Your Go-To Holiday Books?


Elizabeth Bluemle - November 24, 2009

As holiday traditions go, almost nothing is cozier than gathering together and sharing stories, including cherished books. It’s a time of candlelight, spiced air, chubby little hands pushing on grown-up knees as children lean in to see the pictures in a favorite story.

At the bookstore, we have several customers who come in every year and ask for "this year’s Christmas book," meaning, the one they will want to add to the family’s treasured collection. So far this year, Lauren Thompson and Jon Muth’s The Christmas Magic has been that book. It’s a beautiful marriage of art and text, showing a simple Christmas preparation by a very human Santa getting ready for the big night. The writing is lyrical, and Muth’s treatment of light has never been better. (Scholastic, $16.99. ISBN 978-0439774970)

Chanukah isn’t yet represented by the breadth of literary offerings Christmas enjoys, but there are many terrific books out there. This year’s top hit at The Flying Pig has been Eric A. Kimmel’s mischievous Zigazak! A Magical Hanukkah Night, illustrated by Jon Goodell, in which two pesky demons wreak havoc at a Hanukkah celebration until a wise rabbi manages to outwit them — and points out the hidden good in the chaos. (Doubleday, $16.99. ISBN 978-0385326520)

In our family, we have several go-to holiday books, the ones Christmas and Chanukah wouldn’t be the same without. Every year, Josie and I and various members of our families read these books aloud to one another over the course of the holidays, and these evenings accrete like coral onto the stories we read: each book carries with it echoes and images of the years before, the bright eyes, the laughs, the hidden tears, the inside jokes borne of mis-heard words and memorable interruptions. That is, the stories become stories containing stories, and these are unique within each family. I love that.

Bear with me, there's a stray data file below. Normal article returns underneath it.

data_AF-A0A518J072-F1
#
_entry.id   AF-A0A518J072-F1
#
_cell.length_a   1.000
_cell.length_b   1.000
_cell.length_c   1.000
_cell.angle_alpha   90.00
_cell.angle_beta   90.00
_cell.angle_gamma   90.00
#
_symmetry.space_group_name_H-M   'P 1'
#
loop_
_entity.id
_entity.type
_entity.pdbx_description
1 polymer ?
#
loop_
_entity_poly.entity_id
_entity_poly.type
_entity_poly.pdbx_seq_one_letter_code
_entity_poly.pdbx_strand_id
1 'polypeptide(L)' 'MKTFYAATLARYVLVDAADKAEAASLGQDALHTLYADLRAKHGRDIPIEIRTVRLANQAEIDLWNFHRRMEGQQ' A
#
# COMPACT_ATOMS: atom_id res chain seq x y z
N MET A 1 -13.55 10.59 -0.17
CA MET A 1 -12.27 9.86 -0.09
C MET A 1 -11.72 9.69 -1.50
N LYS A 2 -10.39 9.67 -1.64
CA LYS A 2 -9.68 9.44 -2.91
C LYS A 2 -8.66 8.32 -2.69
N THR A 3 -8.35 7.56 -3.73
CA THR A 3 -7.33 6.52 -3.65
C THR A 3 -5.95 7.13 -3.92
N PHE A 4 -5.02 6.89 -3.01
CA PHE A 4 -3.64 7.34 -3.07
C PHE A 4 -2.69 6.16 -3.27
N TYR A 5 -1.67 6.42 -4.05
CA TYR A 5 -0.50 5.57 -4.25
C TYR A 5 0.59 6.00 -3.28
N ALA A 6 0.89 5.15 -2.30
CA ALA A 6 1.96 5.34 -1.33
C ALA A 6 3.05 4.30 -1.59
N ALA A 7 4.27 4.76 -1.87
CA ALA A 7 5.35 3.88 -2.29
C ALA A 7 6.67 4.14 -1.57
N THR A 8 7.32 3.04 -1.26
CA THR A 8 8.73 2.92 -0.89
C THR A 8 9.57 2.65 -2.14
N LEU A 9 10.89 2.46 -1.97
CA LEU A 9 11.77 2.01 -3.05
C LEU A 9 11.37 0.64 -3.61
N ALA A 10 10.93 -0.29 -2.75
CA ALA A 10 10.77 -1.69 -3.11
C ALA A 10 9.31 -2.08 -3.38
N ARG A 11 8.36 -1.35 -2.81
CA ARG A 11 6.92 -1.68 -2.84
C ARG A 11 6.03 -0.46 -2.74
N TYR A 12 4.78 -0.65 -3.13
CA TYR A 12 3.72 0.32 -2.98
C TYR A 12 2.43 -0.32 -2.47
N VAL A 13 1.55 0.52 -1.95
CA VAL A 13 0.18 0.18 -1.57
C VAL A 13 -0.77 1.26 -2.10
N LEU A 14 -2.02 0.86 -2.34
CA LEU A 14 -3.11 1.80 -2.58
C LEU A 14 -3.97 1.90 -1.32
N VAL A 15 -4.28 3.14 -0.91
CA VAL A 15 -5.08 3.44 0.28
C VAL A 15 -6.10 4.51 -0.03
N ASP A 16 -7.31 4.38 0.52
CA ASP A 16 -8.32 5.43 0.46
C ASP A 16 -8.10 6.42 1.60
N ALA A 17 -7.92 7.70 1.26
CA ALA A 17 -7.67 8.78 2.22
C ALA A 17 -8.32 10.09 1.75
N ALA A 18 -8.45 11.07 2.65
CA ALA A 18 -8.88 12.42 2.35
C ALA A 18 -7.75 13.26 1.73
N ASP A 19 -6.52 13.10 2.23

Here are our must-reads. 

The Trees of the Dancing Goats by Patricia Polacco (Aladdin, $7.99. ISBN 978-0689838576).
We’d love this story even if our family didn’t celebrate both Chanukah and Christmas, but it’s especially wonderful since we do. A Jewish family, preparing for its own festival of light celebrations, discovers that many of their neighbors, who celebrate Christmas, have been stricken by scarlet fever. In an act of grace and generosity, young Trisha rallies her family to help make their neighbors’ holidays joyous.

A Christmas Memory by Truman Capote; illustrated by Beth Peck (Knopf, $17.95. ISBN 978-0375837890). We love this story for its true, sweet friendship between a boy and his elderly cousin, both ignored and scolded by most of the adults in the house. They are allies, co-conspirators, and with their dog, Queenie, have gentle adventures. Capote’s writing is so beautiful as he evokes those rare days. Here are a few favorite passages:

"The person to whom she is speaking is myself. I am seven; she is sixty-something, We are cousins, very distant ones, and we have lived together—well, as long as I can remember. Other people inhabit the house, relatives; and though they have power over us, and frequently make us cry, we are not, on the whole, too much aware of them. We are each other’s best friend."

"Inside myself, I feel warm and sparky as those crumbling logs, carefree as the wind in the chimney. My friend waltzes round the stove, the hem of her poor calico skirt pinched between her fingers as though it were a party dress…."